For operating expenses
For interest
For income taxes
Total cash payments
Net cash provided by operating activities
Cash Flows from Investing Activities
Sale of long-term investments
Acquisition of land
Acquisition of plant and equipment
Net cash used by investing activities
Cash Flows from Financing Activities
Issuance of additional common stock
Payment of 2006 cash dividend
Net cash provided by financing activities
Net increase in cash
Cash balance, December 31, 2006
Cash balance, December 31, 2007
Supplemental Schedule of Noncash Investing and
Financing Activities
Acquisition of land by issuance of bonds
Reclassification of long-term notes due within next year

$ 7,950
$
(1,025)
(350)
(610)
$ 6,565
$ 1,385
$

400
(355)
(1,700)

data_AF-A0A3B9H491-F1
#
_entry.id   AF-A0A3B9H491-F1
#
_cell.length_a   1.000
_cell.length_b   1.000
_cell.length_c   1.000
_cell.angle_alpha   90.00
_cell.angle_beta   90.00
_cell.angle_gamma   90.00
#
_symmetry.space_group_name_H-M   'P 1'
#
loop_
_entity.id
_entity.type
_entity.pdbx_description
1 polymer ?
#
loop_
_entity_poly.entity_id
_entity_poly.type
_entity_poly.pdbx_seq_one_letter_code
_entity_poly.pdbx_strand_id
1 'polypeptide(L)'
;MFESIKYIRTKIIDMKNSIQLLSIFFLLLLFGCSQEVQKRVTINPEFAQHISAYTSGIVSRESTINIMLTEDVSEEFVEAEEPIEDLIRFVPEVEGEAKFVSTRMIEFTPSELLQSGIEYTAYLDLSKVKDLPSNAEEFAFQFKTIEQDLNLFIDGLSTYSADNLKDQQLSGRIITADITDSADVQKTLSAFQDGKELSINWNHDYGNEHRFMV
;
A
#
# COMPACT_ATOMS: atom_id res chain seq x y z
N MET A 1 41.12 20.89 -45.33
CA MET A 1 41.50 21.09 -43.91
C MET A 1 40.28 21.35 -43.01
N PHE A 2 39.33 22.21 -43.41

$(1,655)
$

500
(200)
$ 300
$
30
450
$ 480

$
$

700
200

3. Bailey Corp. should be able to safely pay a cash dividend in 2008 of $250,000 (note
that there are now 250,000 shares of stock outstanding). The cash provided by
operating activities of $1,385,000 indicates that the company is generating a very
significant amount of cash from the business. Because the company invested
heavily in new plant and equipment during 2007, it should not need to reserve large
amounts of cash for capital expenditures in the near future. The profit margin of
12.75% indicates that management is doing a good job of controlling costs.
Bailey will need to pay $200,000 in 2008 to retire the short-term notes payable. In
assessing the companys cash needs in future years, it would be important to know
how soon any of the bonds payable will be due for retirement. Assuming that a large
portion of the bonds is not due to be retired in 2008, Bailey should have no problem